Drugs reform

Commenting, Ryan Shorthouse, director at Bright Blue, said:

“The Liberal Democrats should be applauded for calling for an end to imprisonment for illegal drug possession and to create a regulated market for cannabis. The strongest arguments in favour of this courageous and correct move are not libertarian ones, but social justice ones.”

“There is growing evidence, especially from Portugal, that decriminalisation reduces drug-related harm and fatalities. Similarly, by legalising and regulating the cannabis market, young people would be more likely to use legal, safer forms of cannabis, which would benefit public health. Taxing cannabis would also provide important resources for government to tackle real social problems.”

Human rights

Commenting, Phoebe Arslanagic-Wakefield, research assistant at Bright Blue, said:

“The Liberal Democrats are right to support the Human Rights Act and the European Convention on Human Rights, as Bright Blue has campaigned for. Britain is the home of human rights. Post-Brexit, it needs to convince the rest of the world it will remain a bulwark of freedom. A constructive call, for example, would be to ensure that all new free trade agreements include human rights clauses, where feasible.”

Discrimination 

Commenting, Phoebe Arslanagic-Wakefield, research assistant at Bright Blue, said:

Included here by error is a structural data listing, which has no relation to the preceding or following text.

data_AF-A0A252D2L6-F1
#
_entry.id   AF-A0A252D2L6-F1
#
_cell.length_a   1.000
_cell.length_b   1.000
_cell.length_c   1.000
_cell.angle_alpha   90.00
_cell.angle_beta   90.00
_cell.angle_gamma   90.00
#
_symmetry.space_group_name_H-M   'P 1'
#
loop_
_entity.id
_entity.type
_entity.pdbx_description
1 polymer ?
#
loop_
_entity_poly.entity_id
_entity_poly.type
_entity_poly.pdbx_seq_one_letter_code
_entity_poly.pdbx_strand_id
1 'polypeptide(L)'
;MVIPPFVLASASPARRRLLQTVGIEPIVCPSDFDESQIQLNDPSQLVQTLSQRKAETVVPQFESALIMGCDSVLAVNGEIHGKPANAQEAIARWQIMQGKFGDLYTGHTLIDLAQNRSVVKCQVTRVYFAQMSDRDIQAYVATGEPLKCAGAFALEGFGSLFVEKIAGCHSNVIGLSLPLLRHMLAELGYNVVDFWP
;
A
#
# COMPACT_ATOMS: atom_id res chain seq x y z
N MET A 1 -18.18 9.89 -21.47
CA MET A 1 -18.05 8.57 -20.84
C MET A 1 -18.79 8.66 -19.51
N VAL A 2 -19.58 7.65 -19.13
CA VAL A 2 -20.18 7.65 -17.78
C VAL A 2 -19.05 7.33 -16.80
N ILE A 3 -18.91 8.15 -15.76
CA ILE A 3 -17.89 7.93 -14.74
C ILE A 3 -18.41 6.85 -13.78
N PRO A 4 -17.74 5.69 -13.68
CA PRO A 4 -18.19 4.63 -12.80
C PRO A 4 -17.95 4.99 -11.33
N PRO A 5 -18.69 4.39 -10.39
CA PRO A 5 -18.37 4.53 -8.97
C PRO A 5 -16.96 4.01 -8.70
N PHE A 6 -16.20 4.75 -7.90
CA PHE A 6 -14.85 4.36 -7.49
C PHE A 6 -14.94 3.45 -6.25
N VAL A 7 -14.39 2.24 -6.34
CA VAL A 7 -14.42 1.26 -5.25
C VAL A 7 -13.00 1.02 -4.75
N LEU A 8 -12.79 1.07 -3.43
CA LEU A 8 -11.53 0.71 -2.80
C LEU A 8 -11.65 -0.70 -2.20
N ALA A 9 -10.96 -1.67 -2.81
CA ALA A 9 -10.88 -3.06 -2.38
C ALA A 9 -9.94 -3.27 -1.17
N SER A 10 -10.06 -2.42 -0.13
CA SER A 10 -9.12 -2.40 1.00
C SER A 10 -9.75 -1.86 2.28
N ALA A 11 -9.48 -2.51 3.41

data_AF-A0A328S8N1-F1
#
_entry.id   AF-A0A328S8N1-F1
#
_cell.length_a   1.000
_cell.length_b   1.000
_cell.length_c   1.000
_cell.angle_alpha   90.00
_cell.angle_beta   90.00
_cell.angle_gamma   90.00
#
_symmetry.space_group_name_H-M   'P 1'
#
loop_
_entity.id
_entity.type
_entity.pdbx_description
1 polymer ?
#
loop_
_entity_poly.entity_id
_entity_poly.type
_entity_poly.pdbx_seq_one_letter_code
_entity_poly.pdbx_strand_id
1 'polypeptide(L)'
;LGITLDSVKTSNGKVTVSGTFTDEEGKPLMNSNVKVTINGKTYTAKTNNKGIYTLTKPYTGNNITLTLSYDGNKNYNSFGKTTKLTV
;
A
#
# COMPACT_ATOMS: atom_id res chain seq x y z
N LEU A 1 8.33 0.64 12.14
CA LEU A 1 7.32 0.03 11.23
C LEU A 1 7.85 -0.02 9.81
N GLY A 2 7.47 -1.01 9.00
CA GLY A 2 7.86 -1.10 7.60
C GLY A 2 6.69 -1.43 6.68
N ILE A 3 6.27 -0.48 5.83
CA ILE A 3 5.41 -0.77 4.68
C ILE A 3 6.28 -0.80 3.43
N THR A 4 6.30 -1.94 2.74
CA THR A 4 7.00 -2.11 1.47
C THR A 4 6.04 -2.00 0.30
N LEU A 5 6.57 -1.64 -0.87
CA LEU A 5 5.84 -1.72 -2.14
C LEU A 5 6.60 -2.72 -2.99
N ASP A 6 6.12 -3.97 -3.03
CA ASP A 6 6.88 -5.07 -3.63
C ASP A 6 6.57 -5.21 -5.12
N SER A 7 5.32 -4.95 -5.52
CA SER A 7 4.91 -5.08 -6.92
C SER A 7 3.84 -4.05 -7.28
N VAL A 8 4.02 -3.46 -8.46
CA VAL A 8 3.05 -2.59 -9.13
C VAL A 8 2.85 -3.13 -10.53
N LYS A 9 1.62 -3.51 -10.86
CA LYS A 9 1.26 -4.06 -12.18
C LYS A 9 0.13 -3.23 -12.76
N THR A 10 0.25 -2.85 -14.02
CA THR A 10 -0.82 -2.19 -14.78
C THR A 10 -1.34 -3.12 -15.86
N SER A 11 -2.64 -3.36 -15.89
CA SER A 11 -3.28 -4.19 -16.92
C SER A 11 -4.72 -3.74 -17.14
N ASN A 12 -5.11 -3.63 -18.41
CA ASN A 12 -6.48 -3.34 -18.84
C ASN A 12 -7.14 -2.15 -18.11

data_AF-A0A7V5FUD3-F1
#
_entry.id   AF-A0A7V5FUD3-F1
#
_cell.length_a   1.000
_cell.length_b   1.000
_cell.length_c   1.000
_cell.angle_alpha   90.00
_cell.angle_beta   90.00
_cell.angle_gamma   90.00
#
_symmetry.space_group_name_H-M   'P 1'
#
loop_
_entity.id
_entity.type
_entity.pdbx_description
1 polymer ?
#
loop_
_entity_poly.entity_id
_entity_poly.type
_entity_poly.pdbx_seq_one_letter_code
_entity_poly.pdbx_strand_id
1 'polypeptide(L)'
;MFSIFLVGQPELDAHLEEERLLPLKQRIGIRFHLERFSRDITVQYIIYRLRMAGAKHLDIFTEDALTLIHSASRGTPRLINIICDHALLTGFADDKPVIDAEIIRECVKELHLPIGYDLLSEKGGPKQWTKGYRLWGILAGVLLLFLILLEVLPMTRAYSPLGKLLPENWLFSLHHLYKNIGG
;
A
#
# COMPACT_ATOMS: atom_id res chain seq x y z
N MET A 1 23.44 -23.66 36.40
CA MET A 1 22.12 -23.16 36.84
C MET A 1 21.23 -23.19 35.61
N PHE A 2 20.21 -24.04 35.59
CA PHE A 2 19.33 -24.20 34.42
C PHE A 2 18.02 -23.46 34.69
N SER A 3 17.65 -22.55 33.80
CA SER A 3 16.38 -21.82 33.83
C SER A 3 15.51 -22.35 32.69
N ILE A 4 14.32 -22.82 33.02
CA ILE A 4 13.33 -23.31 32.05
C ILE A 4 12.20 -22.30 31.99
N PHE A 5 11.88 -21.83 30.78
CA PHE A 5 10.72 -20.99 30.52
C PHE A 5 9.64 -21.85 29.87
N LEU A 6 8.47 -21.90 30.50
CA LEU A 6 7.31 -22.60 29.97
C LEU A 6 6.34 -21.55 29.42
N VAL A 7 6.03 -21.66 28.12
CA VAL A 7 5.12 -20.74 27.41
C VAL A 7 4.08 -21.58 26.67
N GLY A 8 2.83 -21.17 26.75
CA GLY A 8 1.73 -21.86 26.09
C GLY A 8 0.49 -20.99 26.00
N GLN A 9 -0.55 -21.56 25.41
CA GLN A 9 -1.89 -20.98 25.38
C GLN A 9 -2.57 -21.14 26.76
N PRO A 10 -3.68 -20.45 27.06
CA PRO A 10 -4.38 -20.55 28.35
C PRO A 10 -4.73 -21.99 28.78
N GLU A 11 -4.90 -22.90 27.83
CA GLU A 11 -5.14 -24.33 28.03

“Britain still has a way to go to ensure everyone is treated equally, regardless of their social characteristics. The public are sceptical of quotas to boost employment rates of certain social groups, as Bright Blue research has shown, but are much more positive about name-blind and gender-blind recruitment policies. Bright Blue has recommended the extension of name- and gender-blind recruitment processes to all civil service and government agency roles, and is pleased to see the Liberal Democrats echo this recommendation.”

“Legal Aid was gutted by LASPO 2012, leading to a precipitous rise in litigants-in-person and impacting vulnerable demographics unfairly across many different areas of law, from immigration to family. We are pleased to see the Liberal Democrats promise to put £500 million back into legal aid where it is sorely needed.”